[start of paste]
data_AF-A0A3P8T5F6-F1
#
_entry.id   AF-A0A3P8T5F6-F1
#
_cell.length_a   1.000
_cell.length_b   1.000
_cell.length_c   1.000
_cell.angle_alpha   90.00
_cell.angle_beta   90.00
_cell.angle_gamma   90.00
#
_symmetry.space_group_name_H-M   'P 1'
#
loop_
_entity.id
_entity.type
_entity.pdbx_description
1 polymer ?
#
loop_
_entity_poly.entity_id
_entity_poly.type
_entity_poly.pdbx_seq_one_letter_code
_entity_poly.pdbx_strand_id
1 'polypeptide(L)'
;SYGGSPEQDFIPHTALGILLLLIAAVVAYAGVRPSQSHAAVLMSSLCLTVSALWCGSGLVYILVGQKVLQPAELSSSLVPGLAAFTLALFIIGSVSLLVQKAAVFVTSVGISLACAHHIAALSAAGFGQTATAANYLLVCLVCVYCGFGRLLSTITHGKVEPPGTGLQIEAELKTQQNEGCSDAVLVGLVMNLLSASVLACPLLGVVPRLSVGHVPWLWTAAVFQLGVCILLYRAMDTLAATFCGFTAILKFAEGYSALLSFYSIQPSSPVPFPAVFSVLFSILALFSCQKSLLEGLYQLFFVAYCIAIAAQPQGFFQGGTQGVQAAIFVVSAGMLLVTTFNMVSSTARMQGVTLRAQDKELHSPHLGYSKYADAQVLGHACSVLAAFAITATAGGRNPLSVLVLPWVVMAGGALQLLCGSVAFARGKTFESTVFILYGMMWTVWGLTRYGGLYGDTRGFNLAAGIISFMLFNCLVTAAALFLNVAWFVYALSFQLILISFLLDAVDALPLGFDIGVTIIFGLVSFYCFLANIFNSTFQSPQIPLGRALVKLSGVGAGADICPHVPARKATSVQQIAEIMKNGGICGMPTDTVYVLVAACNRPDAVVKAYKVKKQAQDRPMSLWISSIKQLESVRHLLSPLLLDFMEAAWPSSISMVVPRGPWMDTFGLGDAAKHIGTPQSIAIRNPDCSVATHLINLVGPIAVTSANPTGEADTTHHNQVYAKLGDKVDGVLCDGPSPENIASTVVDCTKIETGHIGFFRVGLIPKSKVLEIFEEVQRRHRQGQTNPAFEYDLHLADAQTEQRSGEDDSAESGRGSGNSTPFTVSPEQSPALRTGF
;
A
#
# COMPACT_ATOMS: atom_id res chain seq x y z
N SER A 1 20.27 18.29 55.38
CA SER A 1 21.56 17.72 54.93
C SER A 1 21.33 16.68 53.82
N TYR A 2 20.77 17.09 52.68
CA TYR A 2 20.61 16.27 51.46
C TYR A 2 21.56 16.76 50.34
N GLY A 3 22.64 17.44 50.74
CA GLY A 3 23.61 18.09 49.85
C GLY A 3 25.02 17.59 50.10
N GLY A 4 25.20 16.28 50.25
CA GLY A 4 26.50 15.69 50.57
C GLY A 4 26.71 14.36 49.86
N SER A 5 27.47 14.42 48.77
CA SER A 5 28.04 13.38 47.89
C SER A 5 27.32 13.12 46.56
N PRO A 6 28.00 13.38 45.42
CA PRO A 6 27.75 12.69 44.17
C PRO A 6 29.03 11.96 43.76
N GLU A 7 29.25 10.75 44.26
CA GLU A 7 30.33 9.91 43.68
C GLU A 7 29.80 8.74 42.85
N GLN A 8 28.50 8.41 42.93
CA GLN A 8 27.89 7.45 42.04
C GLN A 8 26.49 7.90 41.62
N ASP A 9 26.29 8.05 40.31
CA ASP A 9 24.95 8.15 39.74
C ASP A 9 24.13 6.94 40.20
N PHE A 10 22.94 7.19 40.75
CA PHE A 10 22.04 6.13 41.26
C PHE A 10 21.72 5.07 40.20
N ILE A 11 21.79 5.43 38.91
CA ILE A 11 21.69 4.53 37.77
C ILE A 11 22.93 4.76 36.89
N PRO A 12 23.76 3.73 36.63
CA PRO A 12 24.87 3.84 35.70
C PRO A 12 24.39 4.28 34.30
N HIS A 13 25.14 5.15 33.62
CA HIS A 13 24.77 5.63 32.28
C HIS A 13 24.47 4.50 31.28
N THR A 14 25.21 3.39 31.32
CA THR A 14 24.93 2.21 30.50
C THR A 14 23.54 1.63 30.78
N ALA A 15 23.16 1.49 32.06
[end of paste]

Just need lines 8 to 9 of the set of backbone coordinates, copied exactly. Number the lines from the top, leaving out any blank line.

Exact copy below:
_cell.angle_alpha   90.00
_cell.angle_beta   90.00